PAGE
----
Lake Winnipeg froze unusually early and none knew how to fish through ice. The game was not as easy prey as suspected. Owning guns was not enough and the inexperienced Icelanders lost most of the animals to experienced Aboriginals. The lack of hay resulted in a loss of cattle, and the colony was without milk for the first time in their lives. Only the rabbits and occasional fish caught kept the people alive.
People started to get sick of scurvy and other diseases. Approximately 35 lost their lives the first winter in New Iceland. Things got better when cattle came in the summer, as well as potatoes and flour from Winnipeg. The birds returned and were hunted, and wild berries and herbs added some variety to the diet of the colony. Still, the summer was difficult. It rained a lot and therefore it was difficult to hay. The flies attacked the few cows in the colonies and lack of knowledge resulted in a complete crop failure.
In the fall the so called 'big group' arrived, over one thousand Icelanders, tired after seven weeks travel. Cleanliness was deficient and Icelanders didn't know what to do in the suffocating summer heat of the prairie. The food was exotic and the water was not always healthy. All this, along with frost and cold houses in the fall weakened the strength of the Icelanders, making them more vulnerable to the horror that awaited them.
Smallpox started slowly but soon had spread all over New Iceland, putting the colony into complete isolation from the rest of the world. Total fatalities were just over one hundred. The spring came with hope. Haymaking went well and the harvest was good. More cows arrived to the colony and times looked brighter. Two difficult pioneer years were behind and the future looked promising.
A school had been established, also a newspaper, a government and laws had been set for the Republic of New Iceland. Two pastors arrived, splitting the colony in two religious groups. Still, the years to come were not going be a dance on roses, and some people decided on a new start in another part of the country. Others stayed behind and continued the battle for life in their new home.
Getting Used to a Life in a New Country More people came from Iceland and the colony grew. Icelandic settlements were formed in Alberta and Dakota, and Icelanders can be found in most areas of North America. Immigrants learned to handle the ax, how to prepare the soil, fish through ice, and hunt game. They learned how to dry the land, build better houses, make better life.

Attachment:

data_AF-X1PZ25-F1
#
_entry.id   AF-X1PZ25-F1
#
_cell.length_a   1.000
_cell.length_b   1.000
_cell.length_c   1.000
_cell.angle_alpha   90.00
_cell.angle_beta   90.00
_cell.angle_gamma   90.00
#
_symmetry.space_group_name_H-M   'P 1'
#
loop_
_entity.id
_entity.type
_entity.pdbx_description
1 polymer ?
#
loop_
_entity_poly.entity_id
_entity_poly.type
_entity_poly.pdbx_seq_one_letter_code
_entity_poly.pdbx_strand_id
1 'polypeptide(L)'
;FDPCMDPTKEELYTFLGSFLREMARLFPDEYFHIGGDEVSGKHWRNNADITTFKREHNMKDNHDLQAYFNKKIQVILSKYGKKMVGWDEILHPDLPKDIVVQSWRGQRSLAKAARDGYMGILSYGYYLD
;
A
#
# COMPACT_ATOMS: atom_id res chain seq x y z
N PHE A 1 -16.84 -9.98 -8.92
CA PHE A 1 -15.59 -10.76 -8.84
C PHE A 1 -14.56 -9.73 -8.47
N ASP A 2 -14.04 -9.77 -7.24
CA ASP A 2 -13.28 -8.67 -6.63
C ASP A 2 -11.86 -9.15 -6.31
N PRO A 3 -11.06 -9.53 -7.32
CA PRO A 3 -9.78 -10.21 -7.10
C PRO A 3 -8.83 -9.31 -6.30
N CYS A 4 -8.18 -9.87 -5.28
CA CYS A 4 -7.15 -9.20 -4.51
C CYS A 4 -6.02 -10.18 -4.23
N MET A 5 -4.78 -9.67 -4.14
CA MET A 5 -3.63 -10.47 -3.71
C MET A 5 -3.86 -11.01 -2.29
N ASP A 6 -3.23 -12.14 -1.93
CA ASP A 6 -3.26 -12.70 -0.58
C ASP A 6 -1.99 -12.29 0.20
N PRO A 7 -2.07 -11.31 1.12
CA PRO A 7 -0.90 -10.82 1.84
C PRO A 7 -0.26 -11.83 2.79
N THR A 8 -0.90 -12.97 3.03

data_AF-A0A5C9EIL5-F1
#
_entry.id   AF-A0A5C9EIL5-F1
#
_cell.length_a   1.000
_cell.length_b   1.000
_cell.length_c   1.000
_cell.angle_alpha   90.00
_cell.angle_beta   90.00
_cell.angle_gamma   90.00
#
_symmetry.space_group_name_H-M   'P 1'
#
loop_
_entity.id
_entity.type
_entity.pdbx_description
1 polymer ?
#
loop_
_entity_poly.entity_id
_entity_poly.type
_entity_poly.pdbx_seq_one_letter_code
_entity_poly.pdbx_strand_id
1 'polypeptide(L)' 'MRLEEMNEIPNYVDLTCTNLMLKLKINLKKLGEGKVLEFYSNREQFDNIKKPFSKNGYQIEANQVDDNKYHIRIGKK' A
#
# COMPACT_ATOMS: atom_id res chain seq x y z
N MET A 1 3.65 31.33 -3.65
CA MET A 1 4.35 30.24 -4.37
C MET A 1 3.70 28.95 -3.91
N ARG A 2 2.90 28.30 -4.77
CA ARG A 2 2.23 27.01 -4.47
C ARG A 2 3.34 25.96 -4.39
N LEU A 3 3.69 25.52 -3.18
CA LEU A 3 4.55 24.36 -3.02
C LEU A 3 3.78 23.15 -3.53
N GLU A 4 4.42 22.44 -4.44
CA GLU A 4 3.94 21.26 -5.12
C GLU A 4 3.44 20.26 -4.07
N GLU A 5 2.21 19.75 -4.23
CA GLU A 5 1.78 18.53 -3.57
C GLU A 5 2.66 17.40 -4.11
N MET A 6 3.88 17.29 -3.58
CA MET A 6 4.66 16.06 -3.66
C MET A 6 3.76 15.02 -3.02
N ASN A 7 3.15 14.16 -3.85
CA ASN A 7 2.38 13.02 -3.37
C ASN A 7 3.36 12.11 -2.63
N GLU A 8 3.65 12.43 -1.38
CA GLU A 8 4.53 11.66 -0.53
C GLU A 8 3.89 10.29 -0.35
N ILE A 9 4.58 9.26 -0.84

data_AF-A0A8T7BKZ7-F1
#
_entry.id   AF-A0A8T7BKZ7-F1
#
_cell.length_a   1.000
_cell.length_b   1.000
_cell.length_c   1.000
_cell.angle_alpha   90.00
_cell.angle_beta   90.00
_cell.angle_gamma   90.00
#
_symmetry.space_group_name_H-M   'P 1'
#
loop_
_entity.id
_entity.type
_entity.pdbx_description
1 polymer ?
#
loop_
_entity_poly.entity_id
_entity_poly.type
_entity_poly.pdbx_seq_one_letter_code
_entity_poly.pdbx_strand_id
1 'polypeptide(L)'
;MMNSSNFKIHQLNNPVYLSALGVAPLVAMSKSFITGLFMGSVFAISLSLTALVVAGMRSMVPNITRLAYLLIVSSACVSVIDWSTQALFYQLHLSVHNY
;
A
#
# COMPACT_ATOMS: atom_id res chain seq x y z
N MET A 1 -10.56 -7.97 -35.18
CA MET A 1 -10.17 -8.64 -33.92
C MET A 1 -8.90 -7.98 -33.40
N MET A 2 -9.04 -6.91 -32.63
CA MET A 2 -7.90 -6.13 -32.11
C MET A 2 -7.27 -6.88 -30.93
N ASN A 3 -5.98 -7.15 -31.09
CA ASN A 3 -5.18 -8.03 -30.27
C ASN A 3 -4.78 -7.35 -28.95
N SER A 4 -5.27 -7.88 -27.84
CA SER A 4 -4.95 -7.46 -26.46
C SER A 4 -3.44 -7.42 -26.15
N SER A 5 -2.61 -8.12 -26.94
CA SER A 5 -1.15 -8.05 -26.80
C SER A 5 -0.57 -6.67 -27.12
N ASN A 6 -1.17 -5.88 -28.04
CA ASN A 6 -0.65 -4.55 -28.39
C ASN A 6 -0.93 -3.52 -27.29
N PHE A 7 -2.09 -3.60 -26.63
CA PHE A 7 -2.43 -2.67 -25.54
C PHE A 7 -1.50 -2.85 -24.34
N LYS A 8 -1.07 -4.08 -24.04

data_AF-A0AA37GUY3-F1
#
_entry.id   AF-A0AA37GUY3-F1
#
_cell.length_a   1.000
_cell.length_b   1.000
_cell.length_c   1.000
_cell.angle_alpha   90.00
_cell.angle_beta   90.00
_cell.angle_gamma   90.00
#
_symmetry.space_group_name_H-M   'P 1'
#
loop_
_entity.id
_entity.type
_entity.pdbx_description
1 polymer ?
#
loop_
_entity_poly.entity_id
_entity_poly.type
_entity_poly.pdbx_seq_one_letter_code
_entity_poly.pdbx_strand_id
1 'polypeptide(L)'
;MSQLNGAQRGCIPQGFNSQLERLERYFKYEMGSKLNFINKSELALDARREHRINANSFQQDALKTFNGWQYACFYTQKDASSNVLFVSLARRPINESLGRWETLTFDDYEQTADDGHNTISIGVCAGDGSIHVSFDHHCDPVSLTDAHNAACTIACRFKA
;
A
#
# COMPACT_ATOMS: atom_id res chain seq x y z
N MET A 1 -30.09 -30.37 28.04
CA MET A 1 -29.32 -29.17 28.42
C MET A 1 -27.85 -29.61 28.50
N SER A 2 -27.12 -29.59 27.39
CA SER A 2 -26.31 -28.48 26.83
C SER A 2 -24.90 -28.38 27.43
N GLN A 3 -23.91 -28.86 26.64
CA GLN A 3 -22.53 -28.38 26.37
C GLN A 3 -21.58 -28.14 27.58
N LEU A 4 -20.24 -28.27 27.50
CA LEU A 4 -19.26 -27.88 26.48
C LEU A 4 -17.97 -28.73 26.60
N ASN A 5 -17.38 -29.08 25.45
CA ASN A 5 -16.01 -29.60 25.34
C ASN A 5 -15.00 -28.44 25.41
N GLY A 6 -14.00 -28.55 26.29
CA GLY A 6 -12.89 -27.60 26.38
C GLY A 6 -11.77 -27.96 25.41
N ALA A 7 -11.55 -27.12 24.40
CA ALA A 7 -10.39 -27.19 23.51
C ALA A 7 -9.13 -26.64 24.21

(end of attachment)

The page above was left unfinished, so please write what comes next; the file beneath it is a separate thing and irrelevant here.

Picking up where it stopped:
From 1875 to 1887 New Iceland was completely independent, without any interventions from the Canadian government, although the colony had officially become a part of the Province of Manitoba in 1881.
Until 1897 only Icelanders were allowed to settle in New Iceland and Icelandic was spoken. The colony changed when it became a part of Canada. English grew in frequency, the children got better educations, and gradually New Iceland changed from an Icelandic colony to a Canadian community.
Still, many things have been kept the same amongst the Icelandic Canadians. Old superstitions are honoured by belief in the ghosts of Thorgeirsboli and Mori and by keeping the faith of the three waves, the three sisters.
The old month of thorri is celebrated by eating the old Icelandic food when they can get it: slatur, sheephead, shark, smoked lamb and meat pickled in sour whey. They bake Icelandic pancakes and vinarterta. The old sagas are still read, and Icelandic literature when it is available. Amazingly, many can still speak and understand Icelandic, though fewer can read or write the language.
Source: Icelandic Canadian Homepage, University of Manitoba